What will the LBMA achieve through its bullion market review?
London’s bullion market is one of the most complex and advanced in the developed world. In fact, it has become so diverse that the London Bullion Market Association (LBMA) has commissioned a study into the current environment, which will enable it to identify future opportunities for development.
Ernst & Young has been tasked with undertaking the review, but what exactly does the LBMA believe will be uncovered, and how will it shape the market of the future?
How the LBMA functions
The LBMA operates under five functions, each of which contributes to ensuring the transfer of precious metals can run smoothly. All bars traded in the capital are done so through an over the counter market, meaning they are generally conducted between two parties.
This system has been put in place to maintain confidentiality, while also keeping exchange-related risks to an absolute minimum. Every third party transaction that is completed on behalf of London market clients is carried out through the London bullion clearing system.
Each segment of the market in its current form plays a key role, as outlined below.
• Clearing system. London Precious Metals Clearing Limited handles all transactions between the LBMA’s cleaning members.
• Vaulting services. All gold and silver bullion traded in the London market is held by seven members of the LBMA alongside the Bank of England. Among their core responsibilities is to make sure that all bullion traded is of a high standard.
• Good delivery. Good Delivery Lists have been created for gold and silver bars, so only those produced by refiners can be transacted on the London market.
• Pricing and statistics. Market makers within the LBMA continuously offer two-way bids and offer prices for bullion products.
• Allocated and unallocated accounts. These operate in a similar way to bank accounts, giving customers an entitlement to specific bars.
It is the functioning of these key areas that the LBMA will take a closer look at through its extensive review.
Ensuring compliance with the Fair and Effective Markets Review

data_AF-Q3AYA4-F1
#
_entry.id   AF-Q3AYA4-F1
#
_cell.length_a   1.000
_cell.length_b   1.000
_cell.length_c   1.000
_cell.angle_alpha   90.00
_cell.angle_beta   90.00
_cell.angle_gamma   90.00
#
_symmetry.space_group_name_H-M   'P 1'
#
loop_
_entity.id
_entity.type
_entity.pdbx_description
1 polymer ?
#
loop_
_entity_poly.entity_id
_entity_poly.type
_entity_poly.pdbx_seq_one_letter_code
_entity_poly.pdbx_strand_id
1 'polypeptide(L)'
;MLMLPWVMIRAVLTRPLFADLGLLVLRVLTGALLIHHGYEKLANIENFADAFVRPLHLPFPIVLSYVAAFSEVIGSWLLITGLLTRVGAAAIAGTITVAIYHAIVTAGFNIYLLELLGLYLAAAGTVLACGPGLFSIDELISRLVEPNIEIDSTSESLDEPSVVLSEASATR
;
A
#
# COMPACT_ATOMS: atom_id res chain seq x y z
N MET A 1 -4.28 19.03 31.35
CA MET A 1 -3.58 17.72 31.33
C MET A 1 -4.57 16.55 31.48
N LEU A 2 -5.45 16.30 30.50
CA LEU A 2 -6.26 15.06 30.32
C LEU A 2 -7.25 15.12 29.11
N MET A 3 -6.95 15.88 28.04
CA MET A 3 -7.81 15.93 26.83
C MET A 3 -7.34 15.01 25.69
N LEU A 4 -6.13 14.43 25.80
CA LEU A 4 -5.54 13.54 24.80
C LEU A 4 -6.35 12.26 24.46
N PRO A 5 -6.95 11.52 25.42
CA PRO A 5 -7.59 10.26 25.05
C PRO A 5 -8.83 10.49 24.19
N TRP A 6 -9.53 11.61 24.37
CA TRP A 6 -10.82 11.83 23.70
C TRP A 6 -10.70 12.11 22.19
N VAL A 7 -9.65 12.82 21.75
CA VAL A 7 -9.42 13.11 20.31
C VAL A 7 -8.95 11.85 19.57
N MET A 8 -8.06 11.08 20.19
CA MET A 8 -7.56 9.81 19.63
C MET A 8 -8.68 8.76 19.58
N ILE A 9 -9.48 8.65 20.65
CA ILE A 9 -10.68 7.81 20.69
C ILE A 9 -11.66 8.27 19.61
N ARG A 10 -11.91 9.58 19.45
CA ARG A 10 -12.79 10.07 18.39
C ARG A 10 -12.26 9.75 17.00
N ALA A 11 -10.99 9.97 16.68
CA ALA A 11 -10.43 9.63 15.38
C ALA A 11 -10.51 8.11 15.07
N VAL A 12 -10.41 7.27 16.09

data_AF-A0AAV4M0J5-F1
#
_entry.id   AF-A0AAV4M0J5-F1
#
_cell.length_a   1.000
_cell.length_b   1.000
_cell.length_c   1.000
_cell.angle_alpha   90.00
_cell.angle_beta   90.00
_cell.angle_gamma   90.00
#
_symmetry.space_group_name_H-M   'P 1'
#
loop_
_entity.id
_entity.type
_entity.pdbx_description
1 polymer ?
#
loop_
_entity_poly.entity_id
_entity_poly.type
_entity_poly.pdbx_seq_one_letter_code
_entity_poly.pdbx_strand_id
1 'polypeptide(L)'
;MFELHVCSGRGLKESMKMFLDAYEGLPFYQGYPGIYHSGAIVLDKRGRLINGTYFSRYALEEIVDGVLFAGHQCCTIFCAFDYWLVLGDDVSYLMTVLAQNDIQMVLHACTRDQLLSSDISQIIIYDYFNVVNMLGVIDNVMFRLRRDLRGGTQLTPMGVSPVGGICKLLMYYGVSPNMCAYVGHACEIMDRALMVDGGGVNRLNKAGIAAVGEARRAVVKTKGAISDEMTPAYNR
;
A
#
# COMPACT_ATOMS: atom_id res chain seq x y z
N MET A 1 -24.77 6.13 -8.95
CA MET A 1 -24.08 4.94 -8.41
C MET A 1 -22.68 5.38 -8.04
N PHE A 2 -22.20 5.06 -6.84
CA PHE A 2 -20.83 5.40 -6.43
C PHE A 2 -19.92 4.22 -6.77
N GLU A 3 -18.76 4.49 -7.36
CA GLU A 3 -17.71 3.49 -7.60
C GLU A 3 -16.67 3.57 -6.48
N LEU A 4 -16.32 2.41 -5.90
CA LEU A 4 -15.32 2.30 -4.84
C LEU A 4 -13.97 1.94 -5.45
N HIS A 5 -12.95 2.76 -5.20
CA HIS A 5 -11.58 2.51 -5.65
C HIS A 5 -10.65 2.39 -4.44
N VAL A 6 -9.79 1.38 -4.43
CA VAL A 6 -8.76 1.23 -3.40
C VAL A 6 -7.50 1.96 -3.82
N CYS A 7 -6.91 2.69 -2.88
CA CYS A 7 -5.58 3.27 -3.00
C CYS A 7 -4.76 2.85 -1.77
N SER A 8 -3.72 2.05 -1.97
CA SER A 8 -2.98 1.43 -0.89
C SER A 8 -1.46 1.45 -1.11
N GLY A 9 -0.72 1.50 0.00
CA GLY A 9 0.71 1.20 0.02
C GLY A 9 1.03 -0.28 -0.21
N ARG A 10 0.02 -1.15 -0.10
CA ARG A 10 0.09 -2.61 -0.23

One main area of concern raised by the LBMA is whether changes need to be made to transparency and liquidity to meet the requirements of the Fair and Effective Markets Review. This was established in June 2014 to restore trust in financial markets and reduce the likelihood of high profile abuses of the system.
A consultation on the scheme was held, which led the government to determine that developments in London Gold Fixing should be included in the draft legislation.
Several respondents to the consultation said the LBMA Silver Price was not sufficient enough to provide a major benchmark, especially due to the relatively small amounts of the precious metal being traded. Analysts said the two main precious metal benchmarks used in the UK – the LBMA Silver Price and London Gold Fixing – met all the necessary criteria to be included in the Fair and Effective Markets Review.
An insight into the LBMA review
The LBMA has already set out a number of areas it hopes the review will offer better insight into. Ernst & Young (EY) will be expected to consider a number of different options that could be implemented for the greater good of the bullion market.
CEO of the LBMA Ruth Crowell said: “I invite participants from the global bullion market to engage in the LBMA’s Strategy Study. EY brings momentum and independence to this work which started in 2014.
“We’re looking forward to receiving the report in the summer and sharing the recommendations and findings with members and global market participants.”
Martin Watkins, fintech director and EMEIA co-head of exchanges and FMI at EY, explained that London’s bullion market is an exciting place to be at the moment. Not only is technology improving all the time, but the city is playing an increasingly important role on the international precious metals stage.
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